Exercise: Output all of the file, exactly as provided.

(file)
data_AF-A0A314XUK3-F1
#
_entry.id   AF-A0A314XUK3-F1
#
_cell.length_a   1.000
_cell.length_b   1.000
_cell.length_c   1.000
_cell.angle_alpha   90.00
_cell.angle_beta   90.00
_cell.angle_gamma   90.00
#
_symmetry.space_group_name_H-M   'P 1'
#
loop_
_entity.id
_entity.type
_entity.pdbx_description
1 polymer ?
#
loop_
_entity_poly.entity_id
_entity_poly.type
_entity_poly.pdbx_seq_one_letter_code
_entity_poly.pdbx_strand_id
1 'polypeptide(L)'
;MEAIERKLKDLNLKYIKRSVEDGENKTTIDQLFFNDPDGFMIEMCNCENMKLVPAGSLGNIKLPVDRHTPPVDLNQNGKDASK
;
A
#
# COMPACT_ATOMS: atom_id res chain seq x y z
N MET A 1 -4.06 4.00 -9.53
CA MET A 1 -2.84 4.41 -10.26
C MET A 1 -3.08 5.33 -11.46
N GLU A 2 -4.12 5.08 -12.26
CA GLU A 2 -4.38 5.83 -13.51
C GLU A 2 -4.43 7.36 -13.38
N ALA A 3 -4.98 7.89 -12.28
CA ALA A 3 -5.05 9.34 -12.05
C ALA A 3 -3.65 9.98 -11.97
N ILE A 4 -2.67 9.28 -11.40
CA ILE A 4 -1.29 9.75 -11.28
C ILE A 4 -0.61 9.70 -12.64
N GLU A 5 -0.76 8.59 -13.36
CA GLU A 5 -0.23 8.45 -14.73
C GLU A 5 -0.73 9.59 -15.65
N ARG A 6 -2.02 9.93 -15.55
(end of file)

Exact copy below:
data_AF-A0A314XUK3-F1
#
_entry.id   AF-A0A314XUK3-F1
#
_cell.length_a   1.000
_cell.length_b   1.000
_cell.length_c   1.000
_cell.angle_alpha   90.00
_cell.angle_beta   90.00
_cell.angle_gamma   90.00
#
_symmetry.space_group_name_H-M   'P 1'
#
loop_
_entity.id
_entity.type
_entity.pdbx_description
1 polymer ?
#
loop_
_entity_poly.entity_id
_entity_poly.type
_entity_poly.pdbx_seq_one_letter_code
_entity_poly.pdbx_strand_id
1 'polypeptide(L)'
;MEAIERKLKDLNLKYIKRSVEDGENKTTIDQLFFNDPDGFMIEMCNCENMKLVPAGSLGNIKLPVDRHTPPVDLNQNGKDASK
;
A
#
# COMPACT_ATOMS: atom_id res chain seq x y z
N MET A 1 -4.06 4.00 -9.53
CA MET A 1 -2.84 4.41 -10.26
C MET A 1 -3.08 5.33 -11.46
N GLU A 2 -4.12 5.08 -12.26
CA GLU A 2 -4.38 5.83 -13.51
C GLU A 2 -4.43 7.36 -13.38
N ALA A 3 -4.98 7.89 -12.28
CA ALA A 3 -5.05 9.34 -12.05
C ALA A 3 -3.65 9.98 -11.97
N ILE A 4 -2.67 9.28 -11.40
CA ILE A 4 -1.29 9.75 -11.28
C ILE A 4 -0.61 9.70 -12.64
N GLU A 5 -0.76 8.59 -13.36
CA GLU A 5 -0.23 8.45 -14.73
C GLU A 5 -0.73 9.59 -15.65
N ARG A 6 -2.02 9.93 -15.55